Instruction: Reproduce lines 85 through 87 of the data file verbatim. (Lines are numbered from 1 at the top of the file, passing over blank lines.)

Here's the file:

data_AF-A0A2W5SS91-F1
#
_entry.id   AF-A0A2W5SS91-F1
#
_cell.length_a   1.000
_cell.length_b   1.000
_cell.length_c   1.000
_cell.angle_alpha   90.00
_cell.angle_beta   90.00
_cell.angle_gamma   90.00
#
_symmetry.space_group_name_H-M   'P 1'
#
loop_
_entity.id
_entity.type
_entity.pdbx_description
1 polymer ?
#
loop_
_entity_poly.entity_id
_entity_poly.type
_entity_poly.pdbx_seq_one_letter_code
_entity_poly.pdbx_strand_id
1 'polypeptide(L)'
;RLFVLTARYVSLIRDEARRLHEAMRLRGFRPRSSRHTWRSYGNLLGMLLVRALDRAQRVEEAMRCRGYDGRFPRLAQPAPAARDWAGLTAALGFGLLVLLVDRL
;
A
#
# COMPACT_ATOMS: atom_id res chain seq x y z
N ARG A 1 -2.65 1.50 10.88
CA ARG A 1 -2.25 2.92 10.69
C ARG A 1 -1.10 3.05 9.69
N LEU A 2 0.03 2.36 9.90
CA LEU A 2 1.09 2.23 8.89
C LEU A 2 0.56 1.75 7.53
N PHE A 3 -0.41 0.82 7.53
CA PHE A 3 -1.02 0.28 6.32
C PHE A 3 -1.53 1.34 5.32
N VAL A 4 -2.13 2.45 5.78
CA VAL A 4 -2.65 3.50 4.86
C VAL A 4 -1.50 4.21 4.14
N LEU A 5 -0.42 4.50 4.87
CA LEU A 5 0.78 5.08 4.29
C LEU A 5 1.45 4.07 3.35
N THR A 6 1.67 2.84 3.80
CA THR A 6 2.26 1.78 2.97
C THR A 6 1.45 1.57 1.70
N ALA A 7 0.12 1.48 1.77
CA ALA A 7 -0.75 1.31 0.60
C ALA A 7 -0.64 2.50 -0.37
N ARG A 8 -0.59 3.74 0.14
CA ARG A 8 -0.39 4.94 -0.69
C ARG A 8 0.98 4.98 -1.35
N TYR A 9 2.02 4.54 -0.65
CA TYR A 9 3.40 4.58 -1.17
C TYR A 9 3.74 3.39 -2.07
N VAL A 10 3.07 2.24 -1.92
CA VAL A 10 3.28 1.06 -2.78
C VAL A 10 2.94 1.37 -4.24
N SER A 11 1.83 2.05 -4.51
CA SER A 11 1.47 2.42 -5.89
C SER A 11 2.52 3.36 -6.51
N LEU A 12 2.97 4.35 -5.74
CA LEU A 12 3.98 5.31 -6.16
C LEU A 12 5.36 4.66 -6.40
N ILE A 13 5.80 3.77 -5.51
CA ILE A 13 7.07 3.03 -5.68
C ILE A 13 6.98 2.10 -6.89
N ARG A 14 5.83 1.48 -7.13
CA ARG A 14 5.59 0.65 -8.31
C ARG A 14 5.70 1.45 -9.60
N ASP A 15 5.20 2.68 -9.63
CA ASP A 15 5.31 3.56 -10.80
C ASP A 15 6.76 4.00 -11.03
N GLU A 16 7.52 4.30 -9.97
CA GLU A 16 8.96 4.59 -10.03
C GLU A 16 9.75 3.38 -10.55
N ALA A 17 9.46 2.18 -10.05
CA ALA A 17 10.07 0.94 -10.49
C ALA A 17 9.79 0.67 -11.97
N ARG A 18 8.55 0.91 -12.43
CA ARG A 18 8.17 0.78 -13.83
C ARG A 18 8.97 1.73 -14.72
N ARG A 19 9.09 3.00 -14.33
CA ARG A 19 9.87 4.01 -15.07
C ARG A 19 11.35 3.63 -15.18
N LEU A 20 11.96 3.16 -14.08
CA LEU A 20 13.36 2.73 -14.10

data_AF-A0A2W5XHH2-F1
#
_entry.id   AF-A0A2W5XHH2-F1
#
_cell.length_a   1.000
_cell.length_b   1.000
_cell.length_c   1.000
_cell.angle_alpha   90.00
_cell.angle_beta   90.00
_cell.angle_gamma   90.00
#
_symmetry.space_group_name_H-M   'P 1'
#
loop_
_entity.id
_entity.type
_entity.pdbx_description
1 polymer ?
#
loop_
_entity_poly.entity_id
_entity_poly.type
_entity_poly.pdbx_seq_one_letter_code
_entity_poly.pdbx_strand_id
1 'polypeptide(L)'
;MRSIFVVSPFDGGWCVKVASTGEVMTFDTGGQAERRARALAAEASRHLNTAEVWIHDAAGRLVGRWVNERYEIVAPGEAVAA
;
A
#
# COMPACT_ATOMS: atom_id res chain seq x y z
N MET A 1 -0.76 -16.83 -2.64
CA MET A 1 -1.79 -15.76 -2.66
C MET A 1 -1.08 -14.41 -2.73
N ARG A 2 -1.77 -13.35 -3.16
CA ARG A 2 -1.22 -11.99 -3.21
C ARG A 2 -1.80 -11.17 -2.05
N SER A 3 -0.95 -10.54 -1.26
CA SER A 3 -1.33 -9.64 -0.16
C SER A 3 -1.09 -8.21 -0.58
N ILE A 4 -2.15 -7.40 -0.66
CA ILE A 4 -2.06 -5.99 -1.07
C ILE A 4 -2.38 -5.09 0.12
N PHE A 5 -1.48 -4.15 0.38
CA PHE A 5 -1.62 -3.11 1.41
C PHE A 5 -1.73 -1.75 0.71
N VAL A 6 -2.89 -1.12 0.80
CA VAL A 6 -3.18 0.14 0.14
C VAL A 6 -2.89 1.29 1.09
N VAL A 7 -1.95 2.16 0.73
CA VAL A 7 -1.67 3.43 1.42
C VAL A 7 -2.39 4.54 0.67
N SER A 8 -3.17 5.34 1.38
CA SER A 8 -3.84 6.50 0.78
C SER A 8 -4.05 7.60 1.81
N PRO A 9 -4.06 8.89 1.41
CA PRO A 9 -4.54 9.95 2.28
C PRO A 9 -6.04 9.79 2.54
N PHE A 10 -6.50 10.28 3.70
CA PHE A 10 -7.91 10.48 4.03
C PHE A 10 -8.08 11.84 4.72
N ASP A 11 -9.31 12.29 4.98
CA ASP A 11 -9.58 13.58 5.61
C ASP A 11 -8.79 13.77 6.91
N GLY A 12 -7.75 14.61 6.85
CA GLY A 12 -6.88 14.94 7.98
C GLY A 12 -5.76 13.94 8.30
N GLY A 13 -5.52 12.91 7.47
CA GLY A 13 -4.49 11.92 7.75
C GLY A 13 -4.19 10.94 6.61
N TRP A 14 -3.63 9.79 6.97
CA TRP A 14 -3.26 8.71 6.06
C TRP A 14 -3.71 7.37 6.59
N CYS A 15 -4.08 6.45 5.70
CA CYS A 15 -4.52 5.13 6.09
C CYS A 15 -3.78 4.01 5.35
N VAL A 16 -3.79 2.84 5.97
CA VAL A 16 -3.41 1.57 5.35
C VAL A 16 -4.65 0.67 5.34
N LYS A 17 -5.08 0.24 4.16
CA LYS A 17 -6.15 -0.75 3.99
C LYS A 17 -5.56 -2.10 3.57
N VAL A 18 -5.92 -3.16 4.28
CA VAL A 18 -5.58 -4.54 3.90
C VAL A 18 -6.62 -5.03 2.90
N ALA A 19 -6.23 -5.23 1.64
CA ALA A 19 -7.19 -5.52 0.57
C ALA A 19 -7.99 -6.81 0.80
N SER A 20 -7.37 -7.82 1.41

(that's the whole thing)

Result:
N ARG A 19 9.09 3.00 -14.33
CA ARG A 19 9.87 4.01 -15.07
C ARG A 19 11.35 3.63 -15.18